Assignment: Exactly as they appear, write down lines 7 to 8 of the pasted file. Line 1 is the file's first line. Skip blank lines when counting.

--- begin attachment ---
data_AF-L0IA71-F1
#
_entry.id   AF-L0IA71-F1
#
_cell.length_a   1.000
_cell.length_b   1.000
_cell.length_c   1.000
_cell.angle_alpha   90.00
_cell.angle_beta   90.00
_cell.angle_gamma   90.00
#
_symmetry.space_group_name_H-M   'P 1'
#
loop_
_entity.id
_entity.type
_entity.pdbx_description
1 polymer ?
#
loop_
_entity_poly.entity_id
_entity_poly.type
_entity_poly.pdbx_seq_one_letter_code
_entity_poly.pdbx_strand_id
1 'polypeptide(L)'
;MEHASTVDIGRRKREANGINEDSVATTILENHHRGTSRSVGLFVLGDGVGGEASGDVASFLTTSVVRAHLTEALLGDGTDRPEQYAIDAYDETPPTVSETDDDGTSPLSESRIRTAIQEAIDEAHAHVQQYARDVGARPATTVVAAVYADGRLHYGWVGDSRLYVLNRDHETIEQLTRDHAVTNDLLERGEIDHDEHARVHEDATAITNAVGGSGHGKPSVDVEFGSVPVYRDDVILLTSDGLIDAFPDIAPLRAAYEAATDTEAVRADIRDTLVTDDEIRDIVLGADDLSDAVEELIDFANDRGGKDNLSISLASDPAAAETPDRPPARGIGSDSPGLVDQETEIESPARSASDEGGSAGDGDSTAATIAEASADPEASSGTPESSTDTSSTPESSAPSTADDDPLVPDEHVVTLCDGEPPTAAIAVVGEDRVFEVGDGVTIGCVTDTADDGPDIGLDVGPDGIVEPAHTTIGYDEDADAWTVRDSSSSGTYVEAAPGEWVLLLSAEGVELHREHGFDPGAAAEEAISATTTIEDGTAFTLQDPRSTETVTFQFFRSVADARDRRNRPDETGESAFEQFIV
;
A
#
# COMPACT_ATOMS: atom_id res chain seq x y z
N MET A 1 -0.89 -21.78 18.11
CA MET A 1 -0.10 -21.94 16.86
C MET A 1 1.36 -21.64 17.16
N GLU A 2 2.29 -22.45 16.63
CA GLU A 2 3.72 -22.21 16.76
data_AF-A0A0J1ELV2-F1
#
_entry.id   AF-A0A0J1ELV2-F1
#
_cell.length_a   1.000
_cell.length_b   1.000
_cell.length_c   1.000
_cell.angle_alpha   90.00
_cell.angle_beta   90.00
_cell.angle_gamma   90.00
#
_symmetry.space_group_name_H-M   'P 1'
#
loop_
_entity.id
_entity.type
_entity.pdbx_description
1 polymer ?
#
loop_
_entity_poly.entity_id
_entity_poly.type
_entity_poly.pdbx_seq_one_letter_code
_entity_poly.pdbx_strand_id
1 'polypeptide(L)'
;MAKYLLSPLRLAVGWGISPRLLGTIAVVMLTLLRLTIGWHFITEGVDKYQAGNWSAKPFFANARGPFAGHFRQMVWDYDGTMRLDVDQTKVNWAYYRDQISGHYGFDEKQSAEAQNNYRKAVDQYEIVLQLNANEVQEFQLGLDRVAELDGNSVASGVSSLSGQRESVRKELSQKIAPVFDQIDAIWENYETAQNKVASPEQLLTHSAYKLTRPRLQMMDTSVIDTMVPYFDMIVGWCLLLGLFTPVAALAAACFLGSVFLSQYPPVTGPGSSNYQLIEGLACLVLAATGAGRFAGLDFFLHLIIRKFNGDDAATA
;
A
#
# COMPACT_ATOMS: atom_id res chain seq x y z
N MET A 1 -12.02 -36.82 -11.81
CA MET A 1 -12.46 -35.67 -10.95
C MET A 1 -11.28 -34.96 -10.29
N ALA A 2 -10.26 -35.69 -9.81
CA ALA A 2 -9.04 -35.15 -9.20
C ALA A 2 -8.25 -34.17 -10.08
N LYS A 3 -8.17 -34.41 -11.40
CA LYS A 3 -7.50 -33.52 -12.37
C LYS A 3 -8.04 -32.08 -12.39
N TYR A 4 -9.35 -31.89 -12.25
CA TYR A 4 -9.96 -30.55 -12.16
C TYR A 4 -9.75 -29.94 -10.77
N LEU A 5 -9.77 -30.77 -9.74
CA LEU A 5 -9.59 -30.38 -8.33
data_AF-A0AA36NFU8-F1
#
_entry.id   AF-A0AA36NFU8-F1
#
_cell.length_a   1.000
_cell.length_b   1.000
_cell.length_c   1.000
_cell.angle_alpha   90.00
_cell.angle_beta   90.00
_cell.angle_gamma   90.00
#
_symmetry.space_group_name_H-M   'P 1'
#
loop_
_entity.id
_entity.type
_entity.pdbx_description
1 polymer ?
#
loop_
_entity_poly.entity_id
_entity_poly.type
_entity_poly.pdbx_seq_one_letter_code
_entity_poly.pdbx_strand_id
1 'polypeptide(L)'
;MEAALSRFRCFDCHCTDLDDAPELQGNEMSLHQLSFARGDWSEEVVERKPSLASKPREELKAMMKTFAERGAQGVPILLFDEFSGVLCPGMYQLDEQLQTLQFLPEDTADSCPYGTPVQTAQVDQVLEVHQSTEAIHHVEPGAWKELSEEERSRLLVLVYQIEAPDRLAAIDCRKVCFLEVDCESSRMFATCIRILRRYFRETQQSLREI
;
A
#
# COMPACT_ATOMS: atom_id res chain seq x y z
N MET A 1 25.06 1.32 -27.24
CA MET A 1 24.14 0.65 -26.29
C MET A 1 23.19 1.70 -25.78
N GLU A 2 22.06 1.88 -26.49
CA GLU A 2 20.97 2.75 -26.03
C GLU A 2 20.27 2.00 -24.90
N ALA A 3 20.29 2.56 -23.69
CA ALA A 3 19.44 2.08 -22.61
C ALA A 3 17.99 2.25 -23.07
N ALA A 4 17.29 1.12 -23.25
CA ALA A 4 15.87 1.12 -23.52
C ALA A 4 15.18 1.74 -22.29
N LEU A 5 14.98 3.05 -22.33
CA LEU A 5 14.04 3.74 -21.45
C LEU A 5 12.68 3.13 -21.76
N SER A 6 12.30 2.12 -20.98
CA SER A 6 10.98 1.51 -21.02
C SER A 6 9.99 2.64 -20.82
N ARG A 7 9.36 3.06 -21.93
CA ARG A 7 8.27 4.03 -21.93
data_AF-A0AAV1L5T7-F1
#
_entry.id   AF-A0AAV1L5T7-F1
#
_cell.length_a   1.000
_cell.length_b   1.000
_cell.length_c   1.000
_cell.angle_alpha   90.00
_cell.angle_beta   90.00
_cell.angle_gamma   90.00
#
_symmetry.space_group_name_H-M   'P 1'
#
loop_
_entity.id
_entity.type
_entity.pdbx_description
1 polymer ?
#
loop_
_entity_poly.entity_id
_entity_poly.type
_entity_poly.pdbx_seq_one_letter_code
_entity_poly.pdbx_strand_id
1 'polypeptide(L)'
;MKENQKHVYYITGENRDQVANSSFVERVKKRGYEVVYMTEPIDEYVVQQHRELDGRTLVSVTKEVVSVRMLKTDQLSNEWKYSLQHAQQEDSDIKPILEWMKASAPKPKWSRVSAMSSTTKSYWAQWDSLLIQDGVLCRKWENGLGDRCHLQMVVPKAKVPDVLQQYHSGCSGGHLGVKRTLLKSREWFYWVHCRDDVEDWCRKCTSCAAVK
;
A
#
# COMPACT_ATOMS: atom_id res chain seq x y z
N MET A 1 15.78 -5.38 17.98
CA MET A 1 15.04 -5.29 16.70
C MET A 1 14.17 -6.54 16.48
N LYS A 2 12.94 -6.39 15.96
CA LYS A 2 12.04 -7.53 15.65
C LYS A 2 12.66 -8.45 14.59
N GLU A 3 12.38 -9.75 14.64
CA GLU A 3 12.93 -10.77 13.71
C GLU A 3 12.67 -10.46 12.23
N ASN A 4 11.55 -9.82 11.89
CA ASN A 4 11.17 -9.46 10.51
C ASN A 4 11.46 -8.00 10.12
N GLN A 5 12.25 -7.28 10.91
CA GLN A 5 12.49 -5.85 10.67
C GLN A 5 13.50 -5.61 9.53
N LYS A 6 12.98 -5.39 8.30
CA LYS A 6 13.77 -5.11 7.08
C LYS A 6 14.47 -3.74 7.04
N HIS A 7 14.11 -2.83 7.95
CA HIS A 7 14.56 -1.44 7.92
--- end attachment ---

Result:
_cell.length_c   1.000
_cell.angle_alpha   90.00